AUBURN – Winter is almost over, and the birds will soon begin to migrate back to Maine to breed. Those who want to know what birds make which sounds in the spring can learn at the Stanton Bird Club meeting at 7 p.m. Monday, April 4, at the High Street Congregational Church.

Tom Hayward of Bates College and an officer of the club will discuss “Identifying Birds by Their Sounds.” The program is free and all are welcome.

Hayward is a frequent leader of field trips in the Lewiston/Auburn area and around Maine. He began bird watching at an early age with his grandmother and has enjoyed it ever since.

“At the beginning you can learn the birds by the obvious field marks like color, flight patterns, wingbars and eye-rings, but as you get to know the birds better, you start to learn the songs and calls. This way you can identify a bird without actually seeing it.” said Hayward.

Identifying birds by their sounds means listening carefully for the rhythm and patterns of the notes in songs and calls. The difference between a bird song and a bird call has to do with the message being conveyed by the bird.

Male birds use melodious songs to attract a female during breeding season. All year, both male and female birds use various calls to communicate with other birds, sound an alarm of danger nearby and call to the young in the nest.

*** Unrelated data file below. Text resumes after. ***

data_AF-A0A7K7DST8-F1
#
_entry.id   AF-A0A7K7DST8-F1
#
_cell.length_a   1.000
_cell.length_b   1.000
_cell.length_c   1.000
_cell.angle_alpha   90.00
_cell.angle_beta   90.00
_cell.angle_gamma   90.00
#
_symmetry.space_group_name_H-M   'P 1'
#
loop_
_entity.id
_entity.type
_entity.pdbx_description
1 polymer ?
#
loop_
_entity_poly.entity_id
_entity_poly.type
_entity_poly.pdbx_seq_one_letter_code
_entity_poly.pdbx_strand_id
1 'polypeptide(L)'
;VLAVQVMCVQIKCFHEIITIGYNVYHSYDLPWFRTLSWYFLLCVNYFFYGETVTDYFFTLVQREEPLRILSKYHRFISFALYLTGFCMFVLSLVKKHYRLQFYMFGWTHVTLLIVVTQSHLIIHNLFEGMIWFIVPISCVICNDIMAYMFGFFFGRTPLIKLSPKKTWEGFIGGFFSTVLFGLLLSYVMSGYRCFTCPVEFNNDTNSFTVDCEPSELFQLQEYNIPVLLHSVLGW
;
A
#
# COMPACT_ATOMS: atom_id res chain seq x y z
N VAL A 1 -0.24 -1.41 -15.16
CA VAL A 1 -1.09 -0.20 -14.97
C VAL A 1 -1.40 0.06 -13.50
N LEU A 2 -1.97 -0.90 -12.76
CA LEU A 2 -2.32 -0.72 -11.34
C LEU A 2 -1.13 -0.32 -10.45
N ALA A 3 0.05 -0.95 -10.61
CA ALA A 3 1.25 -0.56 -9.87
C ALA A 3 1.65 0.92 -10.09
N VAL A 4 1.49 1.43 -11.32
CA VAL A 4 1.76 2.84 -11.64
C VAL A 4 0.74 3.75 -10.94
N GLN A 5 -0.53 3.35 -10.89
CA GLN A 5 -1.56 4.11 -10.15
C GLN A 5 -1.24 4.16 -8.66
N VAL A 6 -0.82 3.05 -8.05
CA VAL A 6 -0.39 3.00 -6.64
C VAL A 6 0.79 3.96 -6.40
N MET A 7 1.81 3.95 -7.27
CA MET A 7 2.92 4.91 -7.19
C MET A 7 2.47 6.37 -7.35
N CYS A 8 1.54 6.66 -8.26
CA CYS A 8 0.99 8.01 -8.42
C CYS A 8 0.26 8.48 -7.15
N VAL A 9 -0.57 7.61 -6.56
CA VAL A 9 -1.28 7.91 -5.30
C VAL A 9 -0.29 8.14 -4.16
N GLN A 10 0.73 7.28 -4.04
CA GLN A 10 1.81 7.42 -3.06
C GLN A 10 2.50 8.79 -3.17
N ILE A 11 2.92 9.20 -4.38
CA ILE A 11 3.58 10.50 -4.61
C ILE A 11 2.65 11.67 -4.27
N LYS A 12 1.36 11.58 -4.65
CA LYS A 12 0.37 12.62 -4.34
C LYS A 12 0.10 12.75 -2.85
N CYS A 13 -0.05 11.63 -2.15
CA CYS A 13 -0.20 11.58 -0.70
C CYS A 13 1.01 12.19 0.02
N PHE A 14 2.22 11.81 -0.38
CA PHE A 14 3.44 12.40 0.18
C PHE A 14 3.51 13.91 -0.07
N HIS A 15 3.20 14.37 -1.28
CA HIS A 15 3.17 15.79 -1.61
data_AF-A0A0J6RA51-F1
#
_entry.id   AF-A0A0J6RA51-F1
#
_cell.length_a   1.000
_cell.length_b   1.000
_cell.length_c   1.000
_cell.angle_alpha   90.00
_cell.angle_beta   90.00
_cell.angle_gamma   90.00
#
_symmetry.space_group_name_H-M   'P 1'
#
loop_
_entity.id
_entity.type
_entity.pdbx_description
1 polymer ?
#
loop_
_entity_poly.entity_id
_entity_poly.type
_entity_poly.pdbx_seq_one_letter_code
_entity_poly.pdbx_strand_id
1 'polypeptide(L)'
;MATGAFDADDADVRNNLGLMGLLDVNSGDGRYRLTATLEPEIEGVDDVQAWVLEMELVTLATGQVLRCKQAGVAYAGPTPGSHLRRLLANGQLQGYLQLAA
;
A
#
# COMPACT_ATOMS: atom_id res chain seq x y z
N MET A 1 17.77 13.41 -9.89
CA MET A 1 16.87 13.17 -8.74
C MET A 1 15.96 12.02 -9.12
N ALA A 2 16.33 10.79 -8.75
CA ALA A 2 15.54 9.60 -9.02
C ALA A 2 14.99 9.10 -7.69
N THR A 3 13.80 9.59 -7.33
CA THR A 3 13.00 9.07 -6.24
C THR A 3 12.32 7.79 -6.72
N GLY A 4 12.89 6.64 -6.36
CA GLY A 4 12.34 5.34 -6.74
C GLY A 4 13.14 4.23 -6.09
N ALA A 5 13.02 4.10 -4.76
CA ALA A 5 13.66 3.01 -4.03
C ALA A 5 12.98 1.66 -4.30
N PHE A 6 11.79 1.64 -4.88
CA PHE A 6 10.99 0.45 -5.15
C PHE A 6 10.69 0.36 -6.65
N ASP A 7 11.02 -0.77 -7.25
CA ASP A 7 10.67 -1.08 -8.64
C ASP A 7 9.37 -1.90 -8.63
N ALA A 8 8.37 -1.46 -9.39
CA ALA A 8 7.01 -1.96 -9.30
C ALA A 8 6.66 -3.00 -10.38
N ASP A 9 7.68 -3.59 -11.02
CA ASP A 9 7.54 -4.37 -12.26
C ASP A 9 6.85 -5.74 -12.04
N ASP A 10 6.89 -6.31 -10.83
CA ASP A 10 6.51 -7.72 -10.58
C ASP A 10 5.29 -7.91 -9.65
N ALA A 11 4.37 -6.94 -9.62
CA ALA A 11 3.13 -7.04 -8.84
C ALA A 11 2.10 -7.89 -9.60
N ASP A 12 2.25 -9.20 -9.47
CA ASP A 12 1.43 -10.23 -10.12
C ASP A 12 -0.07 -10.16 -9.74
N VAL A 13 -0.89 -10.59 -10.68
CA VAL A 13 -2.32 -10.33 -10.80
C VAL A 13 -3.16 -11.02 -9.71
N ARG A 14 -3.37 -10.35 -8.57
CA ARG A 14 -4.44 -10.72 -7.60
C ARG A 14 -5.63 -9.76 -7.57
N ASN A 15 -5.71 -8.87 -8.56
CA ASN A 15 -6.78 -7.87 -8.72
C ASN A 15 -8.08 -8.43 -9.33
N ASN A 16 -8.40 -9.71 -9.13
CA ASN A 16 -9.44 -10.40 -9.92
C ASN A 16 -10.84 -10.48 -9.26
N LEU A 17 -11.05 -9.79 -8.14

Hayward will feature several methods to learn the sounds of birds, such as tapes, CDs, sonograms, mnemonics and written descriptions.

The next meeting of the Stanton Bird Club on May 2 will be “Living in Stale Air: Pros and Cons of Burrow-Nesting in Birds” with Ryan Bavis, assistant professor of biology at Bates College.

The club is a conservation organization offering free monthly natural history programs and field trips throughout the state. The club welcomes new members, whose dues help to provide land stewardship at three sanctuaries owned and managed by the club in Lewiston and Monmouth. For more information, call 782-5238 or visit the Web at

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